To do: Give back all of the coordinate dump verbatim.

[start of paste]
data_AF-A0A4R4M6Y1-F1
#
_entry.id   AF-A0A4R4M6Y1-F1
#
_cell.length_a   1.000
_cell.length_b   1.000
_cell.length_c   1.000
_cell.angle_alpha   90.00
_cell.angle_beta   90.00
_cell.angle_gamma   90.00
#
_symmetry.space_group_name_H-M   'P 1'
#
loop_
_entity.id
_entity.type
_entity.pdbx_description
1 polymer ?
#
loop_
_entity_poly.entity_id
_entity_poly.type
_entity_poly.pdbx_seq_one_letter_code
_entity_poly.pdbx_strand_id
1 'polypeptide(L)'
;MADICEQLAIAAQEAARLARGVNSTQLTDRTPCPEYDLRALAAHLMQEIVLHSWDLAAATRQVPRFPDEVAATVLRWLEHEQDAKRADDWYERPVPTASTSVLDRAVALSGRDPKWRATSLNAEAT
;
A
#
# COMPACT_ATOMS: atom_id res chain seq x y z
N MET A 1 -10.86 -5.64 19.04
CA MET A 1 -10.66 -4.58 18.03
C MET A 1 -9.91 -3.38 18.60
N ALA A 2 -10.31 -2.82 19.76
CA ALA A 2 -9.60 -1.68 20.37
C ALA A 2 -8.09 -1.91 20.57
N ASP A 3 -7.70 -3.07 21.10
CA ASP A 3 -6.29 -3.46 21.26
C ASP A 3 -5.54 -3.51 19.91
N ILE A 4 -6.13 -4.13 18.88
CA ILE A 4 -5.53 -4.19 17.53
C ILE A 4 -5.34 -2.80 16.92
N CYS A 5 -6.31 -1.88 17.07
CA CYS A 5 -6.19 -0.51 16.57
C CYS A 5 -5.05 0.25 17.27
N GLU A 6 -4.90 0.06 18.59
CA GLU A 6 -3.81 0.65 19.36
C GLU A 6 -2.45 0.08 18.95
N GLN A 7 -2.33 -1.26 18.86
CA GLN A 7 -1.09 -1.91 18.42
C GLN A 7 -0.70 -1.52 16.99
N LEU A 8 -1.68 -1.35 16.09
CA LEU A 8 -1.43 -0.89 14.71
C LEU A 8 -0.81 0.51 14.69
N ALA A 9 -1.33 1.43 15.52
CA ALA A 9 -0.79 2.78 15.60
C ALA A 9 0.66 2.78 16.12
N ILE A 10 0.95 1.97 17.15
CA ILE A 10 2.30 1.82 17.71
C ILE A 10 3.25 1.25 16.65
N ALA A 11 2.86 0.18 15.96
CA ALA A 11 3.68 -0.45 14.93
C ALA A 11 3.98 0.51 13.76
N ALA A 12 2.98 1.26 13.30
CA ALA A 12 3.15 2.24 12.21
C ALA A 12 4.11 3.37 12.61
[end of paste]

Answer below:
data_AF-A0A4R4M6Y1-F1
#
_entry.id   AF-A0A4R4M6Y1-F1
#
_cell.length_a   1.000
_cell.length_b   1.000
_cell.length_c   1.000
_cell.angle_alpha   90.00
_cell.angle_beta   90.00
_cell.angle_gamma   90.00
#
_symmetry.space_group_name_H-M   'P 1'
#
loop_
_entity.id
_entity.type
_entity.pdbx_description
1 polymer ?
#
loop_
_entity_poly.entity_id
_entity_poly.type
_entity_poly.pdbx_seq_one_letter_code
_entity_poly.pdbx_strand_id
1 'polypeptide(L)'
;MADICEQLAIAAQEAARLARGVNSTQLTDRTPCPEYDLRALAAHLMQEIVLHSWDLAAATRQVPRFPDEVAATVLRWLEHEQDAKRADDWYERPVPTASTSVLDRAVALSGRDPKWRATSLNAEAT
;
A
#
# COMPACT_ATOMS: atom_id res chain seq x y z
N MET A 1 -10.86 -5.64 19.04
CA MET A 1 -10.66 -4.58 18.03
C MET A 1 -9.91 -3.38 18.60
N ALA A 2 -10.31 -2.82 19.76
CA ALA A 2 -9.60 -1.68 20.37
C ALA A 2 -8.09 -1.91 20.57
N ASP A 3 -7.70 -3.07 21.10
CA ASP A 3 -6.29 -3.46 21.26
C ASP A 3 -5.54 -3.51 19.91
N ILE A 4 -6.13 -4.13 18.88
CA ILE A 4 -5.53 -4.19 17.53
C ILE A 4 -5.34 -2.80 16.92
N CYS A 5 -6.31 -1.88 17.07
CA CYS A 5 -6.19 -0.51 16.57
C CYS A 5 -5.05 0.25 17.27
N GLU A 6 -4.90 0.06 18.59
CA GLU A 6 -3.81 0.65 19.36
C GLU A 6 -2.45 0.08 18.95
N GLN A 7 -2.33 -1.26 18.86
CA GLN A 7 -1.09 -1.91 18.42
C GLN A 7 -0.70 -1.52 16.99
N LEU A 8 -1.68 -1.35 16.09
CA LEU A 8 -1.43 -0.89 14.71
C LEU A 8 -0.81 0.51 14.69
N ALA A 9 -1.33 1.43 15.52
CA ALA A 9 -0.79 2.78 15.60
C ALA A 9 0.66 2.78 16.12
N ILE A 10 0.95 1.97 17.15
CA ILE A 10 2.30 1.82 17.71
C ILE A 10 3.25 1.25 16.65
N ALA A 11 2.86 0.18 15.96
CA ALA A 11 3.68 -0.45 14.93
C ALA A 11 3.98 0.51 13.76
N ALA A 12 2.98 1.26 13.30
CA ALA A 12 3.15 2.24 12.21
C ALA A 12 4.11 3.37 12.61